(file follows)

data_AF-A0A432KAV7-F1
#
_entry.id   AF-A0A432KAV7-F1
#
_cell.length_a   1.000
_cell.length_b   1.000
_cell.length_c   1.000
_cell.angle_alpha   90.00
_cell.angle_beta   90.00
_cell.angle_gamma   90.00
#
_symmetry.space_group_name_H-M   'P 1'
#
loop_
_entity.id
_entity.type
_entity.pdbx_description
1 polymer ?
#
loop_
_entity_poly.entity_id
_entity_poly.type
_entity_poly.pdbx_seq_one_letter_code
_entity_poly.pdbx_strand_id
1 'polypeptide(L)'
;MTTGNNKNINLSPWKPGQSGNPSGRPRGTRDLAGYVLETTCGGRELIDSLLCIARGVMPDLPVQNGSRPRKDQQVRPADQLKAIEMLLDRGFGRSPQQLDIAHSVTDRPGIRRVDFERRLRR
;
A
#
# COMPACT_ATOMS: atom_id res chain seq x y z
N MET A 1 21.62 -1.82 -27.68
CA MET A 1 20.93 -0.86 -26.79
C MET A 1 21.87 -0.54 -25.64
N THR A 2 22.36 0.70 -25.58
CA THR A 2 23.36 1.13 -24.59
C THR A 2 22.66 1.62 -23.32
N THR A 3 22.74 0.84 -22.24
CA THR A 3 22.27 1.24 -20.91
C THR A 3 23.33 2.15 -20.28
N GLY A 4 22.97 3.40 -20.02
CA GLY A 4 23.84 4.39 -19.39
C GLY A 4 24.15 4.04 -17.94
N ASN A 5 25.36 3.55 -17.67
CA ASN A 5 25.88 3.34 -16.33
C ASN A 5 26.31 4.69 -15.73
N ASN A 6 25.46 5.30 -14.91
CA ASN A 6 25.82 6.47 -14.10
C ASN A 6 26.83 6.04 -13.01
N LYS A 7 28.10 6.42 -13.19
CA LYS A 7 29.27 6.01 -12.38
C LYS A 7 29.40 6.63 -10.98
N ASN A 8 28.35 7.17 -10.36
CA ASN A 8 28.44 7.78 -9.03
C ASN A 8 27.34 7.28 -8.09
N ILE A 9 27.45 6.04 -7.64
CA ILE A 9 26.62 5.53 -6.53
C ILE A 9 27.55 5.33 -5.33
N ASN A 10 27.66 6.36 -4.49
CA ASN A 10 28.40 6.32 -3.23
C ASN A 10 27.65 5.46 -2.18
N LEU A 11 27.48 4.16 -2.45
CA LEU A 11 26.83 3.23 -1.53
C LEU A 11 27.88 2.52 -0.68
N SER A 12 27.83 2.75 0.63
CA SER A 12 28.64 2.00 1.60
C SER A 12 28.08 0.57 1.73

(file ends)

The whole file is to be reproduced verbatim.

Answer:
data_AF-A0A432KAV7-F1
#
_entry.id   AF-A0A432KAV7-F1
#
_cell.length_a   1.000
_cell.length_b   1.000
_cell.length_c   1.000
_cell.angle_alpha   90.00
_cell.angle_beta   90.00
_cell.angle_gamma   90.00
#
_symmetry.space_group_name_H-M   'P 1'
#
loop_
_entity.id
_entity.type
_entity.pdbx_description
1 polymer ?
#
loop_
_entity_poly.entity_id
_entity_poly.type
_entity_poly.pdbx_seq_one_letter_code
_entity_poly.pdbx_strand_id
1 'polypeptide(L)'
;MTTGNNKNINLSPWKPGQSGNPSGRPRGTRDLAGYVLETTCGGRELIDSLLCIARGVMPDLPVQNGSRPRKDQQVRPADQLKAIEMLLDRGFGRSPQQLDIAHSVTDRPGIRRVDFERRLRR
;
A
#
# COMPACT_ATOMS: atom_id res chain seq x y z
N MET A 1 21.62 -1.82 -27.68
CA MET A 1 20.93 -0.86 -26.79
C MET A 1 21.87 -0.54 -25.64
N THR A 2 22.36 0.70 -25.58
CA THR A 2 23.36 1.13 -24.59
C THR A 2 22.66 1.62 -23.32
N THR A 3 22.74 0.84 -22.24
CA THR A 3 22.27 1.24 -20.91
C THR A 3 23.33 2.15 -20.28
N GLY A 4 22.97 3.40 -20.02
CA GLY A 4 23.84 4.39 -19.39
C GLY A 4 24.15 4.04 -17.94
N ASN A 5 25.36 3.55 -17.67
CA ASN A 5 25.88 3.34 -16.33
C ASN A 5 26.31 4.69 -15.73
N ASN A 6 25.46 5.30 -14.91
CA ASN A 6 25.82 6.47 -14.10
C ASN A 6 26.83 6.04 -13.01
N LYS A 7 28.10 6.42 -13.19
CA LYS A 7 29.27 6.01 -12.38
C LYS A 7 29.40 6.63 -10.98
N ASN A 8 28.35 7.17 -10.36
CA ASN A 8 28.44 7.78 -9.03
C ASN A 8 27.34 7.28 -8.09
N ILE A 9 27.45 6.04 -7.64
CA ILE A 9 26.62 5.53 -6.53
C ILE A 9 27.55 5.33 -5.33
N ASN A 10 27.66 6.36 -4.49
CA ASN A 10 28.40 6.32 -3.23
C ASN A 10 27.65 5.46 -2.18
N LEU A 11 27.48 4.16 -2.45
CA LEU A 11 26.83 3.23 -1.53
C LEU A 11 27.88 2.52 -0.68
N SER A 12 27.83 2.75 0.63
CA SER A 12 28.64 2.00 1.60
C SER A 12 28.08 0.57 1.73